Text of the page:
increases. not so. secretary geithner has been around a while. he knows these numbers aren't accurate, and it is disappointing to me to see him come in with so much bluster yesterday, being interviewed and we're going to go off the cliff unless republicans agree to what we demand, and we're -- we can't have a debt ceiling anymore; that causes controversy to have to debate that. we don't want a debt ceiling anymore. and those, basically, as i heard him, hubris stuc hubristically . he asked for $800 billion in the campaign. now he wants $1.6 trillion in new taxes. so far -- even with $1.6
trillion in new taxes, more than $1 trillion are there in spending increases, and far from fixing our debt, our debt will grow over the next ten years by nearly $9 trillion. that's almost $1 trillion a year, on average. and it goes up in the last number of years, so we remain on an unsustainable course when our debt is continuing to surge out of control. we're projected, based on our debt, now to have our interest payment on the money we've borrowed exceed the defense budget in just 2017. these are -- these are facts. spending under that plan will increase $1 trillion above the levels agreed to in the budget control act, as signed as part of the budget deal.
so we have the budget control act 18 months ago in august and we raised the debt ceiling and agreed to reduce spending. raise the debt ceiling $2.1 trillion, agreed to reduce spending $2.1 trillion. so this would take out over $1 trillion of those spending limitations that are in current law. so i'll repeat, spending will increase more than $1 trillion above the already-projected growth in spending. our spending is growing. it's not going down. it's projected to grow, but the president's proposal is to have it grow even faster than we're currently -- than the law currently calls for us to increase spending. so i don't believe these numbers that i've expressed can be disputed. you cayou can spin and you can y things and mix up baselines and confuse the american people, but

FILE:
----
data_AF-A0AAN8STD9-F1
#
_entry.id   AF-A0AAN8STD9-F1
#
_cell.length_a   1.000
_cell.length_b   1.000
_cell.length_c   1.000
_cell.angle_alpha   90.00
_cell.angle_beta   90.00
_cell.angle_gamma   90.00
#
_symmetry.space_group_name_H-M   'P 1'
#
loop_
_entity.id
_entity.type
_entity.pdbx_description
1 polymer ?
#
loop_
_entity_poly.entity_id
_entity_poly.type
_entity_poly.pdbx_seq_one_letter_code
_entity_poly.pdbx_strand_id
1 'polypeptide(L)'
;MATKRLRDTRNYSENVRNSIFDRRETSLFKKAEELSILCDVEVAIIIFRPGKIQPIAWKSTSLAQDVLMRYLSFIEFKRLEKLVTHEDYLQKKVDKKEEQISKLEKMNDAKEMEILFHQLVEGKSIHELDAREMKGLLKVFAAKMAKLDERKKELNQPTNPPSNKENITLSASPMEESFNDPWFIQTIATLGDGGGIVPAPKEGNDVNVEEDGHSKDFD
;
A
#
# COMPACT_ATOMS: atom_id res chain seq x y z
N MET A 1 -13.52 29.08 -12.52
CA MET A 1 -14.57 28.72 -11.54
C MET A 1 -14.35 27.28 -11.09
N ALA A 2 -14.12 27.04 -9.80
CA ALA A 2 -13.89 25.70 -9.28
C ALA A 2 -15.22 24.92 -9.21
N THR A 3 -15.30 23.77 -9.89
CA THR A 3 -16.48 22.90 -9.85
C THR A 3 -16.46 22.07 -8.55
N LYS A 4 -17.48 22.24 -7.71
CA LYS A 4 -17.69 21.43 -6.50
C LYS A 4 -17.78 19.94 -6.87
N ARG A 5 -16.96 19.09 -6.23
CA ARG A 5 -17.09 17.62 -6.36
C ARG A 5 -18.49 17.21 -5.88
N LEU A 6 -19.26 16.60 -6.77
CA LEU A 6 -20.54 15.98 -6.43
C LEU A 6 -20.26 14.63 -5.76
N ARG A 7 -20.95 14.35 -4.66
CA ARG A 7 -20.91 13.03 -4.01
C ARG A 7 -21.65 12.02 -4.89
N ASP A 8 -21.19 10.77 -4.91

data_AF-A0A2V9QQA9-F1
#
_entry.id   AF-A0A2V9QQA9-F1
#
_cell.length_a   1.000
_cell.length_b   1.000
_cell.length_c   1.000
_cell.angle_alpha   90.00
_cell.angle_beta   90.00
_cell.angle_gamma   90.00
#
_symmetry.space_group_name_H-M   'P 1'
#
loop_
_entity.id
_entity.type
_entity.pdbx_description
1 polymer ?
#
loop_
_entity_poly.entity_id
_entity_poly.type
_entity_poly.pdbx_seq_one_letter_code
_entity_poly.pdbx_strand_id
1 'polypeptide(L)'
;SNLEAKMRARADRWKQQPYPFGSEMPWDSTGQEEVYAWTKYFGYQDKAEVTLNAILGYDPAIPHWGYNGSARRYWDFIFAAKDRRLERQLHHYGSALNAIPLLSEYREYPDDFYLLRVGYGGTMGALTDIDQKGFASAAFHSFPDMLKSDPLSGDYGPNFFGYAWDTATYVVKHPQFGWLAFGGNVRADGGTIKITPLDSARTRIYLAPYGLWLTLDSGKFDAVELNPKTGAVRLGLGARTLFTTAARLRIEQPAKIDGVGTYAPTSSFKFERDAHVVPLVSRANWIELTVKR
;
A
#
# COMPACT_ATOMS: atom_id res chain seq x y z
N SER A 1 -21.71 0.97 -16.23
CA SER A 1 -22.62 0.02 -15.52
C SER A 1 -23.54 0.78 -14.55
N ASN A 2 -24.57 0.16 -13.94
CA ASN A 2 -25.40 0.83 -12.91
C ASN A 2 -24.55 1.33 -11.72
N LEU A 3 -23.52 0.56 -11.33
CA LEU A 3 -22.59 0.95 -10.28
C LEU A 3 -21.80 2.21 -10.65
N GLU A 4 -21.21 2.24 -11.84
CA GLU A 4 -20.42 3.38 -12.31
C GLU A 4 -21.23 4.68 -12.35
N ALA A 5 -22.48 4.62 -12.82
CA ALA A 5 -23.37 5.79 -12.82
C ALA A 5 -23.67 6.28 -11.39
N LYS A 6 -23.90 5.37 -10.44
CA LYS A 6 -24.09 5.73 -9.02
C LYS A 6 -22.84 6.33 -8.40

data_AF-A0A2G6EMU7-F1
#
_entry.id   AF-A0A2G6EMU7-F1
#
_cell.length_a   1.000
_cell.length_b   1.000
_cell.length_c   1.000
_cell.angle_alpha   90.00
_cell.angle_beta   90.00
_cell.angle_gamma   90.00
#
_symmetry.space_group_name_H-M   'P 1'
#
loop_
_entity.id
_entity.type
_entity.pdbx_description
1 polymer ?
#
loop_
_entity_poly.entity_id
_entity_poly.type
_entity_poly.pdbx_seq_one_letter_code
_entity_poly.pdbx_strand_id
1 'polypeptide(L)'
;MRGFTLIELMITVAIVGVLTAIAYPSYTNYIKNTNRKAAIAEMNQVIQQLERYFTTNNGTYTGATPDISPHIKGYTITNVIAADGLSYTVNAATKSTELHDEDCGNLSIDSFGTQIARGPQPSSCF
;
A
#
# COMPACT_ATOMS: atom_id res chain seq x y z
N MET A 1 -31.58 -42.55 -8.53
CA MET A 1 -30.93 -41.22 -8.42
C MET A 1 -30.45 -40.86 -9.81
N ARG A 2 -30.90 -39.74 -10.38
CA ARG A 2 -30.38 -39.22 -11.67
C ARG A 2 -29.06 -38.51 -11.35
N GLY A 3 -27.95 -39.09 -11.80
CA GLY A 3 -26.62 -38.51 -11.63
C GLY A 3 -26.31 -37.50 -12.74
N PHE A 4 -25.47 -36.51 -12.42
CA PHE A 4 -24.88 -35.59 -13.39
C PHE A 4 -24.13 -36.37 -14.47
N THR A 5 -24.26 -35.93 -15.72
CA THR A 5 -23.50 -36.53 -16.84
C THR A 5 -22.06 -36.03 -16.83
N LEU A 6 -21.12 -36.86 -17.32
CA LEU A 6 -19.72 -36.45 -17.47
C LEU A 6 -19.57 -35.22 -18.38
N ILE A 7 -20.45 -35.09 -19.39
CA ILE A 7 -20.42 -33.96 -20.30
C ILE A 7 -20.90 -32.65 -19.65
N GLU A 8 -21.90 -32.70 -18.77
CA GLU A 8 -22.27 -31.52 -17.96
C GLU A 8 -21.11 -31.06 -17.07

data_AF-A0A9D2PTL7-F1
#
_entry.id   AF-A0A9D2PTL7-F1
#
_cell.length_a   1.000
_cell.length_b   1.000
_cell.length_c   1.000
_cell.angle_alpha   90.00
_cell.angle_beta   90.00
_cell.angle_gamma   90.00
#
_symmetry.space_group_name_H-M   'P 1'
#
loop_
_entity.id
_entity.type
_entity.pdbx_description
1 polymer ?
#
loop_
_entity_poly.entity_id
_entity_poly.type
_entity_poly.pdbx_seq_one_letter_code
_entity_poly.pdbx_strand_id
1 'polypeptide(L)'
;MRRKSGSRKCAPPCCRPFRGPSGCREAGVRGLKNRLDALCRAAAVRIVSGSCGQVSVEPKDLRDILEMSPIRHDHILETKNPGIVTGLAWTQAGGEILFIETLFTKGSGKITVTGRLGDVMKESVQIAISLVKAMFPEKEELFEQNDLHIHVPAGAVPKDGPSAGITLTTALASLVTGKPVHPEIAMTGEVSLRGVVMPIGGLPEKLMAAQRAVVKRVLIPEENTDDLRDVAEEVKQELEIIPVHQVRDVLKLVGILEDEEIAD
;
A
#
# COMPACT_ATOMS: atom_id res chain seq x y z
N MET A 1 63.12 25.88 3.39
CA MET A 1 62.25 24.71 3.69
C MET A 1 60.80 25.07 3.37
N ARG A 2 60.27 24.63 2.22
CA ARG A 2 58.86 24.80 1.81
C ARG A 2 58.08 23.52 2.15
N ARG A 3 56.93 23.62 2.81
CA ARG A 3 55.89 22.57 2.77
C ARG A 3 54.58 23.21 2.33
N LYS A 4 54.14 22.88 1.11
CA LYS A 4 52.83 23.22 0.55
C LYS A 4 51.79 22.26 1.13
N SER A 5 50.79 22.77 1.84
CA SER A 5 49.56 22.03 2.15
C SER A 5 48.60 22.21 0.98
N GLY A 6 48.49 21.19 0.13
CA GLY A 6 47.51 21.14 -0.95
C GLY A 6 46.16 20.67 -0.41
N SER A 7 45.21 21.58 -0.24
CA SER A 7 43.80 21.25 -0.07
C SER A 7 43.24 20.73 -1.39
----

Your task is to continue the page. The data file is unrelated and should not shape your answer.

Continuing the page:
the plan, as he has outlined, does just that. it's not much different from the budget the president submitted in february of last year. as a matter oas a matter of facy similar to it. what did that budget do? it cap an increased taxes and id spending. this is the kind of path that we're being asked to walk on. i don't think the american people would share that. there are other increases in spending other than the elimination of the $1.2 trillion sequester cuts that are -- were agreed to last year. for instance, more than $170 billion has been -- in new spending arises from new stimulus extended spending. and there is an unpaid-for
increase in medicaid reimbursements, the doc fix, almost $400 billion that's not funded and will have to be funded. and they've ignored -- they left out of the budget which makes it look $400 billion than it is. you have to count that money. together, those almost $1.8 trillion in new spending, but the only cuts that the white house offers are $600 billion in mandatory spending reductions, basically cutting the providers of medicare it appears to us. in other words, the doctors and hospitalhospitals who are alreao fund obamacare will now be asked to take another $600 billion in cuts. and they tell the seniors, don't worry. we're not cutting your medicare. oh, we're just going to cut providers. but at some point, we have to understand that these reductions to providers can damage their